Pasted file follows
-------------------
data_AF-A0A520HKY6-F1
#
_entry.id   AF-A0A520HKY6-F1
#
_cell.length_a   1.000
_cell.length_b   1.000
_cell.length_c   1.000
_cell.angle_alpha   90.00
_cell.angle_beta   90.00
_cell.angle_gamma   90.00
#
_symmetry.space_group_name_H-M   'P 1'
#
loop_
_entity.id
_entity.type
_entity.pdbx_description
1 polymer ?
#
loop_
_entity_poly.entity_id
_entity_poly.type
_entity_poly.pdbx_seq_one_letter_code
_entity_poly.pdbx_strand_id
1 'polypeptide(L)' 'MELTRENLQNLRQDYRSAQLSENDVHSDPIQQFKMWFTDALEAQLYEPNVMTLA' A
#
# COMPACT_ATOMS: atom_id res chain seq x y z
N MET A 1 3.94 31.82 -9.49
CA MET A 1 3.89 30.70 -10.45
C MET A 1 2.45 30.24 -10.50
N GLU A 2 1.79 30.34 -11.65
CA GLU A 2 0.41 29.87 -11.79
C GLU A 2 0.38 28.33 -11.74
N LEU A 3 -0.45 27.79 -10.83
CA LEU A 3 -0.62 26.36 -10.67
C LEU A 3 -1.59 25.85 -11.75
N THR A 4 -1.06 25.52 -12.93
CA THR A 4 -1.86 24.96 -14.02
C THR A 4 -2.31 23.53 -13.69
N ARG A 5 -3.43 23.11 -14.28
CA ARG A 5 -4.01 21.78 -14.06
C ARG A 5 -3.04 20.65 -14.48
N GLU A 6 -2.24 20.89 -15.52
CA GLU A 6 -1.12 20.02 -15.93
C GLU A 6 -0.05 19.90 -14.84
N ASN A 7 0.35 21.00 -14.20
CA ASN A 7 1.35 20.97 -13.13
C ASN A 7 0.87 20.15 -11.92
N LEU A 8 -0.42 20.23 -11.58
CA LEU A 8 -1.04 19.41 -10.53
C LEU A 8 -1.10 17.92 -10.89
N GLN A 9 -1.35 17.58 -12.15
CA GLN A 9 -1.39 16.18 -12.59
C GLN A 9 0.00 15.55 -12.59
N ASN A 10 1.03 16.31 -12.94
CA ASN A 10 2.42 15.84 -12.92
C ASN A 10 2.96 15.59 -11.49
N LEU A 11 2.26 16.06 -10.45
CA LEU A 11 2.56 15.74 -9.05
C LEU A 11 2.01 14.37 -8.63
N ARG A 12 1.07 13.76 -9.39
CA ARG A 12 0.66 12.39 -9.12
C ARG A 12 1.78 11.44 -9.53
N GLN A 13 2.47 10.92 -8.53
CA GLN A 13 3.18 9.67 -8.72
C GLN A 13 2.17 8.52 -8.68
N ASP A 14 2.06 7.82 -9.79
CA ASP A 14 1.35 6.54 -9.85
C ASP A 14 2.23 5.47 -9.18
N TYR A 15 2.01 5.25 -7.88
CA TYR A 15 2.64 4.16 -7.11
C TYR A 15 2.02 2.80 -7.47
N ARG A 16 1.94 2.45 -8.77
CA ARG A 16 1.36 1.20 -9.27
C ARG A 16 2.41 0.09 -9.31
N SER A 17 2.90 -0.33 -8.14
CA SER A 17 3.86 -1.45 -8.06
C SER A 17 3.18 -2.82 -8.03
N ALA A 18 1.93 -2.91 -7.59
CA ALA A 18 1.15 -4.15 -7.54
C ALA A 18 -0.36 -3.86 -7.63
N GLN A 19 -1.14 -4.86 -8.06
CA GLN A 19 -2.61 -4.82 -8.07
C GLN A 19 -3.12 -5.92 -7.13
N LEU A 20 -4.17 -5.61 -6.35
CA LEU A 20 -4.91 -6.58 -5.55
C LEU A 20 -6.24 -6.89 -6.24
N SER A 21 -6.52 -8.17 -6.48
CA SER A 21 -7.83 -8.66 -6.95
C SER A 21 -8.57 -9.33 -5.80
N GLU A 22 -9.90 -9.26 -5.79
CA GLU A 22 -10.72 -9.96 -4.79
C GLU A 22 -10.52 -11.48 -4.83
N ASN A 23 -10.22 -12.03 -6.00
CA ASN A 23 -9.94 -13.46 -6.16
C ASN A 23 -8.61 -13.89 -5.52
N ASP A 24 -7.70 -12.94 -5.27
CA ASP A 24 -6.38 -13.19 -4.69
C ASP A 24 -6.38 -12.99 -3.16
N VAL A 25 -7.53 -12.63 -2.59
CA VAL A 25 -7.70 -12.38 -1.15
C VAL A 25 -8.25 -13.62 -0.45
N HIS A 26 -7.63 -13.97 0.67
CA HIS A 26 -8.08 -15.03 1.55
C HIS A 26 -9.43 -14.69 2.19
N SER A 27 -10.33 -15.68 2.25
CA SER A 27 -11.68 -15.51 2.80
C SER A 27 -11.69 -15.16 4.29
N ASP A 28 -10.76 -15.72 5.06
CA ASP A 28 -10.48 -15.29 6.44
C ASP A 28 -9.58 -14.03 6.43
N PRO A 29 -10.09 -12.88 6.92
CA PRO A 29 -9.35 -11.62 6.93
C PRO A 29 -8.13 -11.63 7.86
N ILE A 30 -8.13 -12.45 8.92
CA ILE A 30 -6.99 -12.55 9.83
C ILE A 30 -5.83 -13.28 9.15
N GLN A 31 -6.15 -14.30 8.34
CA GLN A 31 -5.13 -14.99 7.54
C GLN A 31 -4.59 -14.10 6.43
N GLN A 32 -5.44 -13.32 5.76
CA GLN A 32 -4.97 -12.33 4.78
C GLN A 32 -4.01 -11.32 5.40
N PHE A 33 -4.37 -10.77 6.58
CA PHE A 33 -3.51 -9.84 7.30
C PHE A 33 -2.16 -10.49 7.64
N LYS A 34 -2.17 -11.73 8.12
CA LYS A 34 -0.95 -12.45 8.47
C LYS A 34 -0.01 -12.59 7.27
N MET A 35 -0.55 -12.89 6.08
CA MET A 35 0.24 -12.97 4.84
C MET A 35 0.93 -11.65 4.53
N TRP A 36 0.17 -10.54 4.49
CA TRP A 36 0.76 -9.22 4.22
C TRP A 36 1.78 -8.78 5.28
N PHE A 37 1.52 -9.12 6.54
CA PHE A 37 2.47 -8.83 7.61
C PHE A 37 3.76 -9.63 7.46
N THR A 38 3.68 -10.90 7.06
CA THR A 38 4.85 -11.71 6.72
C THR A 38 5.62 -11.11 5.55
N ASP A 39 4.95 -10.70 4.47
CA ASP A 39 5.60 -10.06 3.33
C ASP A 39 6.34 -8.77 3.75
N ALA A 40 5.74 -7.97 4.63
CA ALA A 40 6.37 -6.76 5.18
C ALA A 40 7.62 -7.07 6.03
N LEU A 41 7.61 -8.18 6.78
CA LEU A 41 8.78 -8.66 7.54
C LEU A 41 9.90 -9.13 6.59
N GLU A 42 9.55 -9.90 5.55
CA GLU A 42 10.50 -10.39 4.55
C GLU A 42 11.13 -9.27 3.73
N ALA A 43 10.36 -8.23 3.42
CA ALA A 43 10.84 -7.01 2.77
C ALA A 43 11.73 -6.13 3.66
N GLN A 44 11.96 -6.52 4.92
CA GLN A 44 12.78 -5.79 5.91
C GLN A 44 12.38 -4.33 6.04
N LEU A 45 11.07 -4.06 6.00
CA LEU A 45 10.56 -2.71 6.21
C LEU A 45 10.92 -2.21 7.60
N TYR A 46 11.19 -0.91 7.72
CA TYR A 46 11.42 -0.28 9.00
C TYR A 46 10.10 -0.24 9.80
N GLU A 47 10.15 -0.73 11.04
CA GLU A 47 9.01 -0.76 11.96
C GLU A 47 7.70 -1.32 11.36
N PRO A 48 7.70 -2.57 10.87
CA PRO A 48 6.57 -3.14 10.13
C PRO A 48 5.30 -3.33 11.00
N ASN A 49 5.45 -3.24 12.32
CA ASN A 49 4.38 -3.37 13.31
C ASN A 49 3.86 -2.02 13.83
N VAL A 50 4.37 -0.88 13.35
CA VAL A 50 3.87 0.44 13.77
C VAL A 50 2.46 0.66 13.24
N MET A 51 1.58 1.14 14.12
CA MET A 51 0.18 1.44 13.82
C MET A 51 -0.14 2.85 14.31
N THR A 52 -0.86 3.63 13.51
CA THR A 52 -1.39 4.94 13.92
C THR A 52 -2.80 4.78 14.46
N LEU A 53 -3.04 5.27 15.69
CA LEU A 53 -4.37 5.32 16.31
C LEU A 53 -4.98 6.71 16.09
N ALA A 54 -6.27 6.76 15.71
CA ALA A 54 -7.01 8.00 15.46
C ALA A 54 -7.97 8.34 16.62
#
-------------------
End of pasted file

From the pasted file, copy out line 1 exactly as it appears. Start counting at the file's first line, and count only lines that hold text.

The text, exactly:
data_AF-A0A520HKY6-F1